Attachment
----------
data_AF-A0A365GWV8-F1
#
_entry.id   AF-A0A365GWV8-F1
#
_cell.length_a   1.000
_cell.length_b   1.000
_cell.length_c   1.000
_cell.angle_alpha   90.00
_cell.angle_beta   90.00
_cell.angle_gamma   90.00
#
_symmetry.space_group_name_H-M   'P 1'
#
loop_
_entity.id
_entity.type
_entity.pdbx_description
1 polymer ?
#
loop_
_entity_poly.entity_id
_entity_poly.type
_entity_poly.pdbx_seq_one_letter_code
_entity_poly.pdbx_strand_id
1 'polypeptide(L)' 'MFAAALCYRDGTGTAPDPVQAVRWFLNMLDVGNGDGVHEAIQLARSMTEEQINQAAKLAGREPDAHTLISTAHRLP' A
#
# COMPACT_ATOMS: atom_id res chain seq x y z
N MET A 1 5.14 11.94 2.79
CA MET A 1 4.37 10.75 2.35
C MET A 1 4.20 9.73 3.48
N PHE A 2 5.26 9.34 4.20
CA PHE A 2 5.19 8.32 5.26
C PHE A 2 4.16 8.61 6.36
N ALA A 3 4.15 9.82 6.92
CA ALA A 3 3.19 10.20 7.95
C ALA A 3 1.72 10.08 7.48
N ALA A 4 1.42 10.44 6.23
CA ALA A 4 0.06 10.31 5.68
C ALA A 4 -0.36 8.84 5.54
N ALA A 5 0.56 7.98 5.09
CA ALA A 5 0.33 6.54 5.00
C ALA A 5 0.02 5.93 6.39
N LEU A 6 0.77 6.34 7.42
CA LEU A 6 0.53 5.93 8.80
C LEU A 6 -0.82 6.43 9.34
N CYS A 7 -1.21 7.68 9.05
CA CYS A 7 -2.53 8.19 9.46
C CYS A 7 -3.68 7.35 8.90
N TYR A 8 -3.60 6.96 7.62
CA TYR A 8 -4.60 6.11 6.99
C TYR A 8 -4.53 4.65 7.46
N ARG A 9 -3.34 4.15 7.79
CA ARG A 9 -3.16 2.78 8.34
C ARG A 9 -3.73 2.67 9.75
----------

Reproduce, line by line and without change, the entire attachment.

data_AF-A0A365GWV8-F1
#
_entry.id   AF-A0A365GWV8-F1
#
_cell.length_a   1.000
_cell.length_b   1.000
_cell.length_c   1.000
_cell.angle_alpha   90.00
_cell.angle_beta   90.00
_cell.angle_gamma   90.00
#
_symmetry.space_group_name_H-M   'P 1'
#
loop_
_entity.id
_entity.type
_entity.pdbx_description
1 polymer ?
#
loop_
_entity_poly.entity_id
_entity_poly.type
_entity_poly.pdbx_seq_one_letter_code
_entity_poly.pdbx_strand_id
1 'polypeptide(L)' 'MFAAALCYRDGTGTAPDPVQAVRWFLNMLDVGNGDGVHEAIQLARSMTEEQINQAAKLAGREPDAHTLISTAHRLP' A
#
# COMPACT_ATOMS: atom_id res chain seq x y z
N MET A 1 5.14 11.94 2.79
CA MET A 1 4.37 10.75 2.35
C MET A 1 4.20 9.73 3.48
N PHE A 2 5.26 9.34 4.20
CA PHE A 2 5.19 8.32 5.26
C PHE A 2 4.16 8.61 6.36
N ALA A 3 4.15 9.82 6.92
CA ALA A 3 3.19 10.20 7.95
C ALA A 3 1.72 10.08 7.48
N ALA A 4 1.42 10.44 6.23
CA ALA A 4 0.06 10.31 5.68
C ALA A 4 -0.36 8.84 5.54
N ALA A 5 0.56 7.98 5.09
CA ALA A 5 0.33 6.54 5.00
C ALA A 5 0.02 5.93 6.39
N LEU A 6 0.77 6.34 7.42
CA LEU A 6 0.53 5.93 8.80
C LEU A 6 -0.82 6.43 9.34
N CYS A 7 -1.21 7.68 9.05
CA CYS A 7 -2.53 8.19 9.46
C CYS A 7 -3.68 7.35 8.90
N TYR A 8 -3.60 6.96 7.62
CA TYR A 8 -4.60 6.11 6.99
C TYR A 8 -4.53 4.65 7.46
N ARG A 9 -3.34 4.15 7.79
CA ARG A 9 -3.16 2.78 8.34
C ARG A 9 -3.73 2.67 9.75